Thursday, October 6, 2011

Reading Aloud: A Ritual for Children of All Ages

As I watch my school prepare for its annual book fair next week, and I prepare to co-present a workshop on the importance of reading aloud in Montessori classrooms, I've wondered why my own nightly ritual of reading aloud to my (now teenage) sons stopped.

This summer, I read The Reading Promise: My Father and the Books We Shared by Alice Ozma. Alice writes of the Reading Promise made with her father when she was nine years old. This promise, to read every night for 100 days, became the Reading Streak ending at day 3,218 which was Alice’s first day in college. Once again, I wondered why I let the ritual of reading aloud to my children fade away.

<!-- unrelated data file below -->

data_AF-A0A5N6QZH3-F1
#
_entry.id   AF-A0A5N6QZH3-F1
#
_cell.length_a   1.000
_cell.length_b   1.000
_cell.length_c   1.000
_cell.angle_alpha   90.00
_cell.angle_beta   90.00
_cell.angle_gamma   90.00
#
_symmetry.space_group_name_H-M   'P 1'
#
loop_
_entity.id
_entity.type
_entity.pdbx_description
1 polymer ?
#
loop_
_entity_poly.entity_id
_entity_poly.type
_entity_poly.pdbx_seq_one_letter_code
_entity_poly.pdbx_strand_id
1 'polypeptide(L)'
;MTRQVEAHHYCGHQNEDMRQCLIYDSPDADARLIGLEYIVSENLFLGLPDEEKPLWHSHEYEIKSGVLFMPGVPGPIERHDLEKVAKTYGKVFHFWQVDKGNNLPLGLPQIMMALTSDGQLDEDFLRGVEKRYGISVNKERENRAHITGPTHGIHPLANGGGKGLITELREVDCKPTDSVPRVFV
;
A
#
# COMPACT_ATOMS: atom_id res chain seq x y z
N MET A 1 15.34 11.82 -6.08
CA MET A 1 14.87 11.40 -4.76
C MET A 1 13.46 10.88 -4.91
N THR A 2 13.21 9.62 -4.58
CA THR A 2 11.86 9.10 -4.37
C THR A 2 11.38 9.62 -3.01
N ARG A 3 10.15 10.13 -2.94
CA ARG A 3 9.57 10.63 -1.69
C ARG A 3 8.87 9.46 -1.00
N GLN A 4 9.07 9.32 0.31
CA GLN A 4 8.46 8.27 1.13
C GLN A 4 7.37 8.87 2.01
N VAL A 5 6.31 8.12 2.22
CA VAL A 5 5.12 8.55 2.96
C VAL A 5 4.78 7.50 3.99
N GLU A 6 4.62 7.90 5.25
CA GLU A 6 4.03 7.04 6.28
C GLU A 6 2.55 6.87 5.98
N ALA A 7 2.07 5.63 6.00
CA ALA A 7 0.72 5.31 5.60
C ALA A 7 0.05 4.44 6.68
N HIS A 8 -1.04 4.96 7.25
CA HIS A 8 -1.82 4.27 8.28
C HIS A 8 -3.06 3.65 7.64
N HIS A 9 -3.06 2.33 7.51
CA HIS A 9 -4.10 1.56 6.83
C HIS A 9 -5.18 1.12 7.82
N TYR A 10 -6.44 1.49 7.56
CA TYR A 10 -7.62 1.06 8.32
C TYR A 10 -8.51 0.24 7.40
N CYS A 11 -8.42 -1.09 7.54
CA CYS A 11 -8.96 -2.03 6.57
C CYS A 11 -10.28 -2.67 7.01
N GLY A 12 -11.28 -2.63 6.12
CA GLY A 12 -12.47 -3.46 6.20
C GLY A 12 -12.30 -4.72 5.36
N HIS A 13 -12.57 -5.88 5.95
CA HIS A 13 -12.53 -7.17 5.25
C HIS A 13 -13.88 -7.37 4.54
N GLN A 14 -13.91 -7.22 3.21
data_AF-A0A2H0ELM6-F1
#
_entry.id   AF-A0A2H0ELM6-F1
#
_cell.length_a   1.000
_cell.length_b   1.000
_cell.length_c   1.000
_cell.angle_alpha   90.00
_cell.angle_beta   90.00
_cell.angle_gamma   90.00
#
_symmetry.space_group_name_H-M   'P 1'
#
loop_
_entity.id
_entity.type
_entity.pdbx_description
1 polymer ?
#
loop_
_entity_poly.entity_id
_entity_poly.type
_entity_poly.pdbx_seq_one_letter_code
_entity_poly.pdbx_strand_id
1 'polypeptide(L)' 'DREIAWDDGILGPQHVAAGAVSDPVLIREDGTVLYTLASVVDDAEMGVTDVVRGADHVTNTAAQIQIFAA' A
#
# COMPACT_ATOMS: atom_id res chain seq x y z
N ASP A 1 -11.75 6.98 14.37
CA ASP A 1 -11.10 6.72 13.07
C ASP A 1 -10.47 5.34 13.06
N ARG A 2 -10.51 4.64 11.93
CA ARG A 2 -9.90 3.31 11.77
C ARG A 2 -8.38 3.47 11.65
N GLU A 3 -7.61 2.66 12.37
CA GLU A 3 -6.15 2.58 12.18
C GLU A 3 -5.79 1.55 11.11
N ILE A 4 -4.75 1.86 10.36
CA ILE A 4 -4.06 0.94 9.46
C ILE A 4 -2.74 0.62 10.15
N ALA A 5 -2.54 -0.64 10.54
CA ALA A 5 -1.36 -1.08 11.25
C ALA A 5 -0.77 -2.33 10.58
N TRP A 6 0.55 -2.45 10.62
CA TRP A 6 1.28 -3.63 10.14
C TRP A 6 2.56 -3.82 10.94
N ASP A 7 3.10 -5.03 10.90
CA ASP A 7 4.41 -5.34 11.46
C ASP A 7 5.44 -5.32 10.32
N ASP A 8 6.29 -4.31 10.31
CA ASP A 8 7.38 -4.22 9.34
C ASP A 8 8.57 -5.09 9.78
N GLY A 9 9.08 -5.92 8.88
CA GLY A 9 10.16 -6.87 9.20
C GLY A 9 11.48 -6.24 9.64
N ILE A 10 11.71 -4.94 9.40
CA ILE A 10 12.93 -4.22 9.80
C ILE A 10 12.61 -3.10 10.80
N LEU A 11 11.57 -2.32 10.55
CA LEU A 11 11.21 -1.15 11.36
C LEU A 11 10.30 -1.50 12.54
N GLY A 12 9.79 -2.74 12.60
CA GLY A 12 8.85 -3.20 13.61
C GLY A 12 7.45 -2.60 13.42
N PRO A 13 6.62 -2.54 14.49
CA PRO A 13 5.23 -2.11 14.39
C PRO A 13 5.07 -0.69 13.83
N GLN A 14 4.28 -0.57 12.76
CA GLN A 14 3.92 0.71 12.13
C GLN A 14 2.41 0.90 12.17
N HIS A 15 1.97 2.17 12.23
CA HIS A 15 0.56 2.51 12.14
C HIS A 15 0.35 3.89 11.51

The book clearly highlights the educational benefits of reading aloud with your child even into the teen years. However, it also brings to light something equally as profound; the importance of rituals in creating strong relationships with our children. Not only was Alice developing a deep personal relationship with her father, Jim Brozina; he was demonstrating his confidence in her by supporting her growing independence.

In the forward, Brozina writes,

“If a child sees something in a parent that that child aspires to, he or she will copy that parent and be content. If children feel that a parent is living a life that shows compassion and understanding, patience and love, that child will not have to reach a stage of rebellion against that parent... A parent who has proven time and again that the growth and happiness of his or her children is priority number one does not have to worry about where those children are heading in life. They will be sensitive and productive members of society for as long as they live. This story is by and about one such girl.”

Recommended reading:

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